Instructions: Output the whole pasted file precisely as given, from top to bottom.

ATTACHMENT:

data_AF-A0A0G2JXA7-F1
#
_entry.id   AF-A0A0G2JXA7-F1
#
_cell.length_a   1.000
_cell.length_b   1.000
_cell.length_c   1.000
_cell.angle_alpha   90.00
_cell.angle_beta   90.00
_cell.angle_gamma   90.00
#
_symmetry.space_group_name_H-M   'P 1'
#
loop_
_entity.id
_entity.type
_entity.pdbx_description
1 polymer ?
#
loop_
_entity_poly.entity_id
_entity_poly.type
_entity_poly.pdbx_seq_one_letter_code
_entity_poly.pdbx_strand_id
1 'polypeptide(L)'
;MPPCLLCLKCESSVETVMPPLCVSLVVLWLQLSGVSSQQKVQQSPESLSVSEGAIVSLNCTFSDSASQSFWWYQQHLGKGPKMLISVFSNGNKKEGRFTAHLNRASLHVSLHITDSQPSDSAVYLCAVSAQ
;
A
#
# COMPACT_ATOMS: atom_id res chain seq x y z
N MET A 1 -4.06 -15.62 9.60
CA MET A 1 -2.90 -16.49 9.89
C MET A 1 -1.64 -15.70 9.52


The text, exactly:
data_AF-A0A0G2JXA7-F1
#
_entry.id   AF-A0A0G2JXA7-F1
#
_cell.length_a   1.000
_cell.length_b   1.000
_cell.length_c   1.000
_cell.angle_alpha   90.00
_cell.angle_beta   90.00
_cell.angle_gamma   90.00
#
_symmetry.space_group_name_H-M   'P 1'
#
loop_
_entity.id
_entity.type
_entity.pdbx_description
1 polymer ?
#
loop_
_entity_poly.entity_id
_entity_poly.type
_entity_poly.pdbx_seq_one_letter_code
_entity_poly.pdbx_strand_id
1 'polypeptide(L)'
;MPPCLLCLKCESSVETVMPPLCVSLVVLWLQLSGVSSQQKVQQSPESLSVSEGAIVSLNCTFSDSASQSFWWYQQHLGKGPKMLISVFSNGNKKEGRFTAHLNRASLHVSLHITDSQPSDSAVYLCAVSAQ
;
A
#
# COMPACT_ATOMS: atom_id res chain seq x y z
N MET A 1 -4.06 -15.62 9.60
CA MET A 1 -2.90 -16.49 9.89
C MET A 1 -1.64 -15.70 9.52